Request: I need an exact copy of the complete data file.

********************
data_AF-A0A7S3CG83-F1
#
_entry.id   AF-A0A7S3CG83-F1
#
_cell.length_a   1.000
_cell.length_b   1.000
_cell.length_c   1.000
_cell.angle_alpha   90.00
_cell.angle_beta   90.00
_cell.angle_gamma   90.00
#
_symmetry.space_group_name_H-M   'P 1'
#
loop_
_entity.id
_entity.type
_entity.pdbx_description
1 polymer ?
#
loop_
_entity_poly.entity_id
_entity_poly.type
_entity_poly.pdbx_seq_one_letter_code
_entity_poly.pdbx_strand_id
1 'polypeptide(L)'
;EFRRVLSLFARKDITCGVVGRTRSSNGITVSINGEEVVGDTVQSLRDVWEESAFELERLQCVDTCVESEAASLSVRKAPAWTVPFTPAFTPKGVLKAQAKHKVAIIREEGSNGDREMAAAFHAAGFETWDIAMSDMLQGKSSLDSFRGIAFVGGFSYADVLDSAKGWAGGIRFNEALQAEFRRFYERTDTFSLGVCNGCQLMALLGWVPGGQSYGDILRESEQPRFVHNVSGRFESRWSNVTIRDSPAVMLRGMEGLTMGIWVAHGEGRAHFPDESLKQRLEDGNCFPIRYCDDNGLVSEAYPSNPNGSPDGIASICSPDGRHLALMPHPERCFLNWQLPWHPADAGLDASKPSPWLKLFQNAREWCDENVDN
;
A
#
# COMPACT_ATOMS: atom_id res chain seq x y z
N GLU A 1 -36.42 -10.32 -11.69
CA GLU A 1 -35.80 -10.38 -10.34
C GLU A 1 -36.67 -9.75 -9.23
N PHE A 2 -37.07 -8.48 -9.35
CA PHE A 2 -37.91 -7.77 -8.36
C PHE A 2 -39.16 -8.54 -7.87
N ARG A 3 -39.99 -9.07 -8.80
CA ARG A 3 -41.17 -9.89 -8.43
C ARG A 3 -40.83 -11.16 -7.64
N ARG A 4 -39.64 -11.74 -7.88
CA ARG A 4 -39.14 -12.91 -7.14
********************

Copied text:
data_AF-A0A7S3CG83-F1
#
_entry.id   AF-A0A7S3CG83-F1
#
_cell.length_a   1.000
_cell.length_b   1.000
_cell.length_c   1.000
_cell.angle_alpha   90.00
_cell.angle_beta   90.00
_cell.angle_gamma   90.00
#
_symmetry.space_group_name_H-M   'P 1'
#
loop_
_entity.id
_entity.type
_entity.pdbx_description
1 polymer ?
#
loop_
_entity_poly.entity_id
_entity_poly.type
_entity_poly.pdbx_seq_one_letter_code
_entity_poly.pdbx_strand_id
1 'polypeptide(L)'
;EFRRVLSLFARKDITCGVVGRTRSSNGITVSINGEEVVGDTVQSLRDVWEESAFELERLQCVDTCVESEAASLSVRKAPAWTVPFTPAFTPKGVLKAQAKHKVAIIREEGSNGDREMAAAFHAAGFETWDIAMSDMLQGKSSLDSFRGIAFVGGFSYADVLDSAKGWAGGIRFNEALQAEFRRFYERTDTFSLGVCNGCQLMALLGWVPGGQSYGDILRESEQPRFVHNVSGRFESRWSNVTIRDSPAVMLRGMEGLTMGIWVAHGEGRAHFPDESLKQRLEDGNCFPIRYCDDNGLVSEAYPSNPNGSPDGIASICSPDGRHLALMPHPERCFLNWQLPWHPADAGLDASKPSPWLKLFQNAREWCDENVDN
;
A
#
# COMPACT_ATOMS: atom_id res chain seq x y z
N GLU A 1 -36.42 -10.32 -11.69
CA GLU A 1 -35.80 -10.38 -10.34
C GLU A 1 -36.67 -9.75 -9.23
N PHE A 2 -37.07 -8.48 -9.35
CA PHE A 2 -37.91 -7.77 -8.36
C PHE A 2 -39.16 -8.54 -7.87
N ARG A 3 -39.99 -9.07 -8.80
CA ARG A 3 -41.17 -9.89 -8.43
C ARG A 3 -40.83 -11.16 -7.64
N ARG A 4 -39.64 -11.74 -7.88
CA ARG A 4 -39.14 -12.91 -7.14